6.6 lbs LME
.75 lb Munich Malt
Crystal 20 Malt
1 lb Honey
6 oz Black
Â¾ cup Corn
few weeks ago, my friend came over for a beer. This beer quickly turned into
several, and our discussion turned (as it often does) to his farm. This year
heâ€™d added some top bar beehives. While I tend to shy away from anything that
stings, I do love honey. Soon, he offered me some of his precious honey if I promised
to return some part of it in the form of alcoholic libation.
I do love honey, Iâ€™m often reluctant to use it in brewing. In my experience,
meads take too long and my results rarely please me. In beer Iâ€™ve had similar
disappointment. I find it tends to thin out the brew and that the taste and
sweetness of the honey are fermented out.
the past Iâ€™ve experimented with several ways to remedy this â€“ with results
ranging from disappointing to disastrous.
Honey is delicate. Honey is fragile. Wild and unfiltered honey tastes
better, but contains more wild yeast. Here in lies the problem.
you simply add honey to the fermenter, wild yeasts may (and have) take over the
beer and (often) produce bad tastes. Conversely, if you boil the honey for 60
minutes, youâ€™ll zap all the delicate tastes of the honey along with the yeasts.
Iâ€™ve even tried back sweetening this porter with unfiltered honey; this
resulted in exploding bottles. This made me shy away from the process.
have, however, through guessing, philosophizing and copious amounts of
drinking, found a method that seems to satisfy me (and anyone that I hand one
of my Honey Porters). My beekeeping friend agrees, although heâ€™ll drink
further ado, here is the recipe.
the process by chilling 2.5 gallons of sterilized water. Next, weâ€™re going to
steep grains. I always steep when I brew extract. Generally, I use an old pair
of panty hoes, but this time (based on the amount of grain) I did it without a
bag so that the grains could move around more.
slightly more than Â½ gallon of water on the stove to about 165 degrees. When
the water reaches temp (or close), dump in the loose grains and stir. Youâ€™re
essentially making a tea. Think of this method as â€˜loose teaâ€™ while the grain
bag method is â€˜bagged tea.â€™ Let your grains steep for at least a half hour.
Keep the temps between 140 degrees and 160 degrees. Use a lid, and goose it
with some stove heat if it drops.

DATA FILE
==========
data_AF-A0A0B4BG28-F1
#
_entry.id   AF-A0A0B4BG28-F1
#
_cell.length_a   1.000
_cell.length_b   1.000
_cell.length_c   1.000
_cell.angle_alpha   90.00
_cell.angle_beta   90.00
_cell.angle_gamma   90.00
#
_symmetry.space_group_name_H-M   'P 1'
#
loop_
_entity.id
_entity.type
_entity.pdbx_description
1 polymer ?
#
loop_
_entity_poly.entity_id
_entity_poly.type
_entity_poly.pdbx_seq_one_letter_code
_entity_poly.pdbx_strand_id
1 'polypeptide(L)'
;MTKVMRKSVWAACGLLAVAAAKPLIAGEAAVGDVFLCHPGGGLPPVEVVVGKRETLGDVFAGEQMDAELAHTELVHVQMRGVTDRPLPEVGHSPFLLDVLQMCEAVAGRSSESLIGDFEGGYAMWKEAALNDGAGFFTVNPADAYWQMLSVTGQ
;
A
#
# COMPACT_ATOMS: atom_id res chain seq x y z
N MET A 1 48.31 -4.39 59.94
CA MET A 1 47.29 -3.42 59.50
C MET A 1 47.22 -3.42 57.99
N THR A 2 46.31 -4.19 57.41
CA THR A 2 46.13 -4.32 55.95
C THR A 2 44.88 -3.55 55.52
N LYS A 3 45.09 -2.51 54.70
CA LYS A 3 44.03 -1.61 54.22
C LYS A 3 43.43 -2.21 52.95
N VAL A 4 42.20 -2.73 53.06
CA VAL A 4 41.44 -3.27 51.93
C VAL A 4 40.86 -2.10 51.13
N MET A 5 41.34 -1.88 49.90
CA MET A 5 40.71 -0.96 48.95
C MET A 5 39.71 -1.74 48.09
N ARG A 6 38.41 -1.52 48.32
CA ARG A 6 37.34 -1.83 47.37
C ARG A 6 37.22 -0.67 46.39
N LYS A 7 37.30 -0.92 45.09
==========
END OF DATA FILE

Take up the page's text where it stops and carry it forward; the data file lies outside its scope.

the grains are steeping, use a separate pot to warm 2 gallons of water to 165
degrees. When the grains are finished steeping, place a strainer with a piece
of cheese cloth (or grain bag, or pantyhose, etc) over the 2 gallons of 165
degree water. Pour the grains and the steeped water through the strainer. The
strainer should catch the grains.
Next, use a ladle, pitcher or mug
to pour some of the hot water from the pot back over the grains allowing the
water to drain back into the pot. This step, called washing, is not strictly
necessary, but will help release flavor and add mouth feel to the finished
product. I usually ladle (slowly) about a gallon of water over the steeped
grains. Let the grains drain slowly, and never squeeze or press them!
Now it is time to crank up the
heat. Add your malt extract and bring to a boil. Stir constantly to avoid
scorching. We will be doing a 60-minute boil. Start timing when the wort starts
After it has been boiling for 15
minutes, add an ounce of your Kent hops. After thirty minutes of boil, add
another once. After 60 minutes, remove the pot from heat and add the remaining
Next, cool the wort. I used an
immersion chiller, but a simple ice bath will work as well. Add the 2.5 gallons
of chilled water (from the first step, remember?) to the fermenter. This will
help chill the wort when you add it. Luckily, this is your next step. Combine
the warm wort with the chilled water. Pitch your yeast when the beer is only
slightly warmer than room temperature (or whatever the package says). I
fermented for 10 days at around 67 degrees.
I put this brew into a mini-keg,
but it is simple to bottle as well. To bottle, mix the sugar with 1 cup water
and boil for three minutes. Pour the mixture into the bottling bucket and
siphon beer from the fermenter to the bottling bucket. Cap and bottle. Enjoy in
2 weeks. Happy brewing!
Thank you Matt Jones...Brewtoob contributor and brewer extraordinaire!